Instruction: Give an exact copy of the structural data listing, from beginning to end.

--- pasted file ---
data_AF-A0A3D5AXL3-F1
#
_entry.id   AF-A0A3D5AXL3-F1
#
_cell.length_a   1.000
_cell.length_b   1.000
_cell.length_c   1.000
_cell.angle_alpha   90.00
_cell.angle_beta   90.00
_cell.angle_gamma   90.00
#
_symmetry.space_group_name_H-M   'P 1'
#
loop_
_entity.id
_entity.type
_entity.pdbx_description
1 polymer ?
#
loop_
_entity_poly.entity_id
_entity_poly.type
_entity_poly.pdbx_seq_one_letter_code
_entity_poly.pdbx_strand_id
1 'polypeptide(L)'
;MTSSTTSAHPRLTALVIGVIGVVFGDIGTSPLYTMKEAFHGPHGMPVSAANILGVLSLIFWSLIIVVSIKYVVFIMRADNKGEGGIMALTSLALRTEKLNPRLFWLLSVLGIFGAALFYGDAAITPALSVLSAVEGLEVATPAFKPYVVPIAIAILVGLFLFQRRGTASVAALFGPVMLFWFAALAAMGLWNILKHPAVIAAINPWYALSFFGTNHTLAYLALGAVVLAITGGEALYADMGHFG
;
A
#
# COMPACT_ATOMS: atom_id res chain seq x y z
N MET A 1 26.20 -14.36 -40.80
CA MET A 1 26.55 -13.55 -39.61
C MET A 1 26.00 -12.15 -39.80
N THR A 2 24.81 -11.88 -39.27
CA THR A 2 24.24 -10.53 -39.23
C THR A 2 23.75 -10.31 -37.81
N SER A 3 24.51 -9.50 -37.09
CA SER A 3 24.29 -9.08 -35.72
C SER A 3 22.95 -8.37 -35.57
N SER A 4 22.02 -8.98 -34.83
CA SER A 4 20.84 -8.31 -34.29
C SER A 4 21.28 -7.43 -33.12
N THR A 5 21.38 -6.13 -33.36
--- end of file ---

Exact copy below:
data_AF-A0A3D5AXL3-F1
#
_entry.id   AF-A0A3D5AXL3-F1
#
_cell.length_a   1.000
_cell.length_b   1.000
_cell.length_c   1.000
_cell.angle_alpha   90.00
_cell.angle_beta   90.00
_cell.angle_gamma   90.00
#
_symmetry.space_group_name_H-M   'P 1'
#
loop_
_entity.id
_entity.type
_entity.pdbx_description
1 polymer ?
#
loop_
_entity_poly.entity_id
_entity_poly.type
_entity_poly.pdbx_seq_one_letter_code
_entity_poly.pdbx_strand_id
1 'polypeptide(L)'
;MTSSTTSAHPRLTALVIGVIGVVFGDIGTSPLYTMKEAFHGPHGMPVSAANILGVLSLIFWSLIIVVSIKYVVFIMRADNKGEGGIMALTSLALRTEKLNPRLFWLLSVLGIFGAALFYGDAAITPALSVLSAVEGLEVATPAFKPYVVPIAIAILVGLFLFQRRGTASVAALFGPVMLFWFAALAAMGLWNILKHPAVIAAINPWYALSFFGTNHTLAYLALGAVVLAITGGEALYADMGHFG
;
A
#
# COMPACT_ATOMS: atom_id res chain seq x y z
N MET A 1 26.20 -14.36 -40.80
CA MET A 1 26.55 -13.55 -39.61
C MET A 1 26.00 -12.15 -39.80
N THR A 2 24.81 -11.88 -39.27
CA THR A 2 24.24 -10.53 -39.23
C THR A 2 23.75 -10.31 -37.81
N SER A 3 24.51 -9.50 -37.09
CA SER A 3 24.29 -9.08 -35.72
C SER A 3 22.95 -8.37 -35.57
N SER A 4 22.02 -8.98 -34.83
CA SER A 4 20.84 -8.31 -34.29
C SER A 4 21.28 -7.43 -33.12
N THR A 5 21.38 -6.13 -33.36